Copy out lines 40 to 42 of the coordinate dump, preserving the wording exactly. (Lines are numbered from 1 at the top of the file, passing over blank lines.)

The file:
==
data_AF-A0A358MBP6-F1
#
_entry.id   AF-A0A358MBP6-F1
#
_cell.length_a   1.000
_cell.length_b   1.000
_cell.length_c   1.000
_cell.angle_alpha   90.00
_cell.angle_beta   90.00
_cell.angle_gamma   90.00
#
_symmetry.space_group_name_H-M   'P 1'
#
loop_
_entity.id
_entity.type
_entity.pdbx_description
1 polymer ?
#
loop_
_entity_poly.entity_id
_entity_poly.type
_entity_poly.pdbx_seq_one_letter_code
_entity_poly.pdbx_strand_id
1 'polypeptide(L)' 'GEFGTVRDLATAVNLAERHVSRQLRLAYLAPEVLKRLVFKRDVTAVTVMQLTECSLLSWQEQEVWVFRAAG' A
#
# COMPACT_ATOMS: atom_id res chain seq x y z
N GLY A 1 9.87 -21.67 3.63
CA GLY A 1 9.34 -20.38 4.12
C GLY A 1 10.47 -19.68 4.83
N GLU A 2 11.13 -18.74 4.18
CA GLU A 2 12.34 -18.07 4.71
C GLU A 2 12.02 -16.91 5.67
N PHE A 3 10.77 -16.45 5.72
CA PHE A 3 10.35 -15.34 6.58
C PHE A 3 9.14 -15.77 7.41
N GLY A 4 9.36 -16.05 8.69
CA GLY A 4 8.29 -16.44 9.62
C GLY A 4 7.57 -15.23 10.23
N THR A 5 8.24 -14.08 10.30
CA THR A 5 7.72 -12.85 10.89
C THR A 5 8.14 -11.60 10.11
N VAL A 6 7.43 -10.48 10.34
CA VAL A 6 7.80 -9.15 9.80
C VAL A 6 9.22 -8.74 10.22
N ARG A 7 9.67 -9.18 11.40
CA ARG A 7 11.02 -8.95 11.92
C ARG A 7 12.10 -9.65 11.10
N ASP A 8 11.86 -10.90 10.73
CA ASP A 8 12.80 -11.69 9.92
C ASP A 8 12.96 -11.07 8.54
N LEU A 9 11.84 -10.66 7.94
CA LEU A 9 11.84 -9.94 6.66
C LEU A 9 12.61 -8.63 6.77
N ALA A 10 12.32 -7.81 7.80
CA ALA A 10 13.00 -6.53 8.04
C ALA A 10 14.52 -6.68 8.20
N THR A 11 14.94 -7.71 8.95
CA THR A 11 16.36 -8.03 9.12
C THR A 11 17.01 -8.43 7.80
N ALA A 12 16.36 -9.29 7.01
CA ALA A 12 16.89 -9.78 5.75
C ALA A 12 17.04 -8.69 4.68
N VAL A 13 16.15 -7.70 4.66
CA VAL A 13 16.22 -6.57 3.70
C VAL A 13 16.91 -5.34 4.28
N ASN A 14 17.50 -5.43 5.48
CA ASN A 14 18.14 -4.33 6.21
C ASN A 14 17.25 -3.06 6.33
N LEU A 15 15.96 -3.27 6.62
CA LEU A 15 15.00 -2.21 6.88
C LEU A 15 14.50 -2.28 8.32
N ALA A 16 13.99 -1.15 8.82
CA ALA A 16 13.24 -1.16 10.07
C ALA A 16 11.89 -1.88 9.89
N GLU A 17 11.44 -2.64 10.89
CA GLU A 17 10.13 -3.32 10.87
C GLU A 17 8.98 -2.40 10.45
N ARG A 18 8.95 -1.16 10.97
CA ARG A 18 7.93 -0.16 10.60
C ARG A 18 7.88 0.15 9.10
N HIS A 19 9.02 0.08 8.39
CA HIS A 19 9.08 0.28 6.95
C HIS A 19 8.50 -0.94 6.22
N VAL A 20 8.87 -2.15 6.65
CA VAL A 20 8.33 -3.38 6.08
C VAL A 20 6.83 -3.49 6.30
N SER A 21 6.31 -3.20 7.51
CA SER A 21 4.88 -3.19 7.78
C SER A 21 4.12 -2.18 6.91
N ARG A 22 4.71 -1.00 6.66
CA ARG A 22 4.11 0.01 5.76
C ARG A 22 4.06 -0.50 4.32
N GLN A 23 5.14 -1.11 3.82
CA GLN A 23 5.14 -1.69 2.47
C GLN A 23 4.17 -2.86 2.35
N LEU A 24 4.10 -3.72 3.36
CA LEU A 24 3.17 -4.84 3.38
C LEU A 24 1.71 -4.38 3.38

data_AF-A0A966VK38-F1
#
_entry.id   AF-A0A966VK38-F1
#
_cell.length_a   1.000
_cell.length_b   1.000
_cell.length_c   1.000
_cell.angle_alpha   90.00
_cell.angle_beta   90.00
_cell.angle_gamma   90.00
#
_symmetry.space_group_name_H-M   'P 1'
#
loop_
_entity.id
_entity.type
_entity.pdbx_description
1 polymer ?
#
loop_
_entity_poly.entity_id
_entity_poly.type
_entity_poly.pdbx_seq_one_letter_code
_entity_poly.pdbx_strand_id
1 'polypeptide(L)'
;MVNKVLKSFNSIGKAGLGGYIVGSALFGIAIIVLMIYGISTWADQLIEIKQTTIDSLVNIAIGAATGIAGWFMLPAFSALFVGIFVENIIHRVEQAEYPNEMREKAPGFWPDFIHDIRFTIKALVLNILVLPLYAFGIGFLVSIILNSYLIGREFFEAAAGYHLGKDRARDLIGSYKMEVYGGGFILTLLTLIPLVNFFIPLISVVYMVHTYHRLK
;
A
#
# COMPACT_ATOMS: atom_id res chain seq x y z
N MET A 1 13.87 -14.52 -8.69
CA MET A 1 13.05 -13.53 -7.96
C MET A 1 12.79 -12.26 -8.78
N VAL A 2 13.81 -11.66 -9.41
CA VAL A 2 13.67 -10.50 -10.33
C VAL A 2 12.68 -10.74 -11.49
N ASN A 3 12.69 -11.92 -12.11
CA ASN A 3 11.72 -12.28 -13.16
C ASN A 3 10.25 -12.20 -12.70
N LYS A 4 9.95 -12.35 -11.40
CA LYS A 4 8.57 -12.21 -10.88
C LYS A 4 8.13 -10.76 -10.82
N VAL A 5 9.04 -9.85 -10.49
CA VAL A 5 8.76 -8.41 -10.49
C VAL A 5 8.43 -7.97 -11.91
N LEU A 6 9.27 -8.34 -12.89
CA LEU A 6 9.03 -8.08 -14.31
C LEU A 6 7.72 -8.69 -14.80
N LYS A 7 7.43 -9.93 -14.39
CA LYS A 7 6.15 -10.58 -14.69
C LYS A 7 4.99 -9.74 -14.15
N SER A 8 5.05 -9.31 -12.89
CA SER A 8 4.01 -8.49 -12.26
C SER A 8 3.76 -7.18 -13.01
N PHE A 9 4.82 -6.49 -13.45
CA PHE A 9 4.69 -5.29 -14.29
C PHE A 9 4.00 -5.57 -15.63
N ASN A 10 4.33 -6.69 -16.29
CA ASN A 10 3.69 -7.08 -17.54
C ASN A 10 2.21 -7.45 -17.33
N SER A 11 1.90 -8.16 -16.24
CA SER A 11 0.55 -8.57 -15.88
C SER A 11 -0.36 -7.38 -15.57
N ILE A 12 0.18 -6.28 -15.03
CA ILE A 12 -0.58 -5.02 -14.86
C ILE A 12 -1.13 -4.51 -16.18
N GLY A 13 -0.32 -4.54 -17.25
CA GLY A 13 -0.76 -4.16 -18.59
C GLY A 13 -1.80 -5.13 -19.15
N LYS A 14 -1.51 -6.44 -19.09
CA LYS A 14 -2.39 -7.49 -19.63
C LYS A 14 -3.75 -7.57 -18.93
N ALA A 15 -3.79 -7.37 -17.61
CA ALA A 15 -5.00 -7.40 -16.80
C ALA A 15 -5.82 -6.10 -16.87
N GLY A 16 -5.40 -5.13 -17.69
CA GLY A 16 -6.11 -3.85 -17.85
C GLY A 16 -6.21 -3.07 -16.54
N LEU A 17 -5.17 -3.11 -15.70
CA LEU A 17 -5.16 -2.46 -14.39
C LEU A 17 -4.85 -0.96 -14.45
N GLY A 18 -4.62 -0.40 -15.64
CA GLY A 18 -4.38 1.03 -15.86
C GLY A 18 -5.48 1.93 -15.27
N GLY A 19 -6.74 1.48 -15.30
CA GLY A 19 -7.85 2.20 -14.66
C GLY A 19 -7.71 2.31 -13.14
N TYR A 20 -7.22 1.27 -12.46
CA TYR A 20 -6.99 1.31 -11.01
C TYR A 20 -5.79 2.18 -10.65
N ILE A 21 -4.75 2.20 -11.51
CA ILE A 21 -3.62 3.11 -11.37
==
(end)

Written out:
N THR A 5 8.24 -14.08 10.30
CA THR A 5 7.72 -12.85 10.89
C THR A 5 8.14 -11.60 10.11